Friday, May 16, 2008

Arab women need to have a larger role in the media

Muhammad Ayish

  • Last Updated: May 12. 2008 8:44PM UAE / May 12. 2008 4:44PM GMT

The media’s handling of women’s issues has always generated heated debates in different communities around the world, and the Arab region is no exception. This week, a pan-Arab panel of media practitioners and experts convened in Abu Dhabi under the auspices of Sheikha Fatima bint Mubarak, the head of the General Women’s Union and of the Family Development Foundation, as well as chairwoman of the Arab Women’s Organisation, to exchange views on how to enhance women’s representation and professional presence in the media industries.

Clearly, the meeting underscores Sheikha Fatima’s keenness on supporting women’s causes not only in the UAE, but across the Arab region.

In 2002, the Abu Dhabi Declaration on Arab Women and the Media noted the leading contribution of the UAE to women’s advancement as a central component of the country’s development strategies. It also made reference to the growing role of the media in building up public opinion and publicising the remarkable achievement of Arab women in all walks of life, saying that women should be accorded appropriate representation in media content and offered professional opportunities of access to media institutions.

Although the Abu Dhabi meeting represents yet another milestone in the UAE’s endeavours to empower women to be active contributors to their communities’ development, the event carries far more profound significance. Participants discussed a draft Arab Women Media Strategy slated for initiation at the forthcoming conference of the Arab Women’s Organisation in mid November in Abu Dhabi on the role of women in human security.

The new document represents a different approach, with programmes of action to bring about changes in women’s relationships with the media. Over the past two decades, the representation of women in the media has figured high on national and pan-Arab public agendas; however, most of the initiatives to address this problem have been shrouded in political rhetoric, lacking in strategic visions, and failed to adopt a true pan-Arab posture.

This time, the convergence of clear visions about women’s empowerment and the bright achievements of the Arab Women’s Organisation in promoting more active roles for women in their communities, are bound to generate fruitful results.

The renewed interest in bringing about positive transformations in women’s roles — both as objects of media content and as media practitioners — seems to reflect some grim realities in this area. According to reports released by the United Nations Development Fund for Women (Unifem) and the Tunis-based Centre for Arab Women Training and Research (Cawtar), Arab women still have to make a lot of progress before they are able to leave enduring marks on the public sphere.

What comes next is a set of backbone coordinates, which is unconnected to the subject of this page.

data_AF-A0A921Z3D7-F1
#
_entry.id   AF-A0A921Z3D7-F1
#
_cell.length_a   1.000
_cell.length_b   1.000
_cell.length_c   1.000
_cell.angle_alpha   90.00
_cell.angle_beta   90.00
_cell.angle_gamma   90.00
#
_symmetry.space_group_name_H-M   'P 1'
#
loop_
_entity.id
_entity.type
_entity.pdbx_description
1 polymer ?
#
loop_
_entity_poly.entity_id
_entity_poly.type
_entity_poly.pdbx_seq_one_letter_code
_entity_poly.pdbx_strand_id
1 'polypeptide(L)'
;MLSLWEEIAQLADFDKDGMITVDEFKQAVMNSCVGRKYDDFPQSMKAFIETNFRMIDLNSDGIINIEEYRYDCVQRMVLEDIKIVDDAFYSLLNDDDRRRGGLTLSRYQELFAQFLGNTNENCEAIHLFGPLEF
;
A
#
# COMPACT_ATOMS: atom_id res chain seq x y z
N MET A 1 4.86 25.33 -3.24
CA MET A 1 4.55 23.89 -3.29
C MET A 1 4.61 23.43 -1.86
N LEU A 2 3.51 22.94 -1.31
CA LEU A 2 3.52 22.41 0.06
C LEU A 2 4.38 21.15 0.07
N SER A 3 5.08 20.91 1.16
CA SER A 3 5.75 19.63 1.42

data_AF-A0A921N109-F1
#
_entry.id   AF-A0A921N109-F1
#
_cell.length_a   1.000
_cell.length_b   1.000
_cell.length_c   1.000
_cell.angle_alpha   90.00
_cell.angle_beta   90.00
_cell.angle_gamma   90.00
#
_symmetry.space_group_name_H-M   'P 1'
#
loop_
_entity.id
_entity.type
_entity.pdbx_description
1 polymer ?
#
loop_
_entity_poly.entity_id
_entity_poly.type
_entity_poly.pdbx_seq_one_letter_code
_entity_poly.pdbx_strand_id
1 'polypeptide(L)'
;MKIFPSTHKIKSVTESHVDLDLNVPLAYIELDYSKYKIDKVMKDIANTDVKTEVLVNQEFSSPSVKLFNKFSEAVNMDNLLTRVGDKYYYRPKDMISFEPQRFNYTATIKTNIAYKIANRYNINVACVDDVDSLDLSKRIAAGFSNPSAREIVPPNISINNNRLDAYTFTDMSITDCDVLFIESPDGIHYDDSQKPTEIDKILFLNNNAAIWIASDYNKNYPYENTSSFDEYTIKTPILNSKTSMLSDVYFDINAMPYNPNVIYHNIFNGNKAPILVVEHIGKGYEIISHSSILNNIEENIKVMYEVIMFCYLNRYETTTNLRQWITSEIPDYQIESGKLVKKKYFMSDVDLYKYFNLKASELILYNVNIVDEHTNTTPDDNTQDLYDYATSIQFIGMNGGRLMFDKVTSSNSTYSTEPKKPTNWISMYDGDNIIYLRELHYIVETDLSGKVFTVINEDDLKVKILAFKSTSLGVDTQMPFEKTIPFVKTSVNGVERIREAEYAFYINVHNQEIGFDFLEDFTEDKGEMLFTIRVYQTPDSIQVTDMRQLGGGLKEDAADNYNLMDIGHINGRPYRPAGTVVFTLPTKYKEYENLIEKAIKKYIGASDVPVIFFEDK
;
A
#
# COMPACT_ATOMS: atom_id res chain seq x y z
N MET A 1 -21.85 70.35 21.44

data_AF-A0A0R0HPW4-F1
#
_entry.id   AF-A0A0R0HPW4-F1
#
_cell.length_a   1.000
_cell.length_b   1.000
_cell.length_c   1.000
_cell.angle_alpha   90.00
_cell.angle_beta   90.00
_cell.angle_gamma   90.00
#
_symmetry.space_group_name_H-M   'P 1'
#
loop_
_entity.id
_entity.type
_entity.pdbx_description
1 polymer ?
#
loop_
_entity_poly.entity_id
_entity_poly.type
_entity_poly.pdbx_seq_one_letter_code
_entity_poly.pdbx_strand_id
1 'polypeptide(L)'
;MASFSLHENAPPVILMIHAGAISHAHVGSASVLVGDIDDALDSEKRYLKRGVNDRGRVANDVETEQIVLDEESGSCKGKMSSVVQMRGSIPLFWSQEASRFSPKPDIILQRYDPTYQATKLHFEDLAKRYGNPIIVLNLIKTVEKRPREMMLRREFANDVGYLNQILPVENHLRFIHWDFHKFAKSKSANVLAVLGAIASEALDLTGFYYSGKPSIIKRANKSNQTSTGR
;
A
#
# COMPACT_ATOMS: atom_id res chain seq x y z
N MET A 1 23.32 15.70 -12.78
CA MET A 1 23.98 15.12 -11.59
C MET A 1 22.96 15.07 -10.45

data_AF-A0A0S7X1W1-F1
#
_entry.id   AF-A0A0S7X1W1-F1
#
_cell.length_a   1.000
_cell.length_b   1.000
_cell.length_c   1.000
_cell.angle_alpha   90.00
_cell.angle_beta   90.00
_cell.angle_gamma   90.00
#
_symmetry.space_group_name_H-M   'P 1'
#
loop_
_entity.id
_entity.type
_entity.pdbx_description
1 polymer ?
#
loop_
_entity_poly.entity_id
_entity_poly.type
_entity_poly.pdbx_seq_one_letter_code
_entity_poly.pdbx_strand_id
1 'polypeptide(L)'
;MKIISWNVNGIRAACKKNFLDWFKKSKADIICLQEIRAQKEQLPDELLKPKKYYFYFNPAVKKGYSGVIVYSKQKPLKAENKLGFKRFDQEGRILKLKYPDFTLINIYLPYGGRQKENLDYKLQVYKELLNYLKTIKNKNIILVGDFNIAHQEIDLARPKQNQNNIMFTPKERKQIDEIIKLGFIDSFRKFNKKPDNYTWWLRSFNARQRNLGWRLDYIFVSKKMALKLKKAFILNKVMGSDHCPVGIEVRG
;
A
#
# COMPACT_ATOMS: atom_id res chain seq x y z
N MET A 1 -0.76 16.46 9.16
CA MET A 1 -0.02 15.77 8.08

One Unifem report noted a considerable increase in the number of women entering the field of media across the region. However, this increase does not seem to have improved the way women are represented. This could be because of institutional media policies, professional values, or advertisers’ demands, the report acknowledges.

In June 2006, Cawtar released its long-awaited Arab Women and Media Report that revealed striking findings about women’s images, especially on the satellite television channels, in advertising and magazines. The report noted that women continue to lack appropriate access to senior media positions involving editorial decisions, staff recruitment, and budget allocations.

It also found that the way women are portrayed seems to be out of line with the huge advances achieved by Arab women in public life as politicians, educators, engineers, lawyers, and medical practitioners.

It seems unfair to blame these problems regarding the role of women in the media solely on long-established industry practices. Social and cultural inhibitions are also important factors to consider as large sections of the community continue to hold serious doubts about women’s entry into the media professions — despite the quite amazing dominance of women enrolling into communications studies programmes in the region.

More than ever, it is time to recognise the contributions to the development and sustainability of the media industry by women. For the next few decades, Arab women, like others in many parts of the globe, are likely to continue to be objectified, commodified and stereotyped in the public sphere. But when we think about the superb endeavours of visionary women leaders in the region such as Sheikha Fatima bint Mubarak in supporting women’s empowerment, we can be assured that the true face of the Arabian woman will eventually be visible at the end of this dark tunnel.

Prof Muhammad Ayish is Dean of the College of Communication, University of Sharjah

Zemanta Pixie

No comments: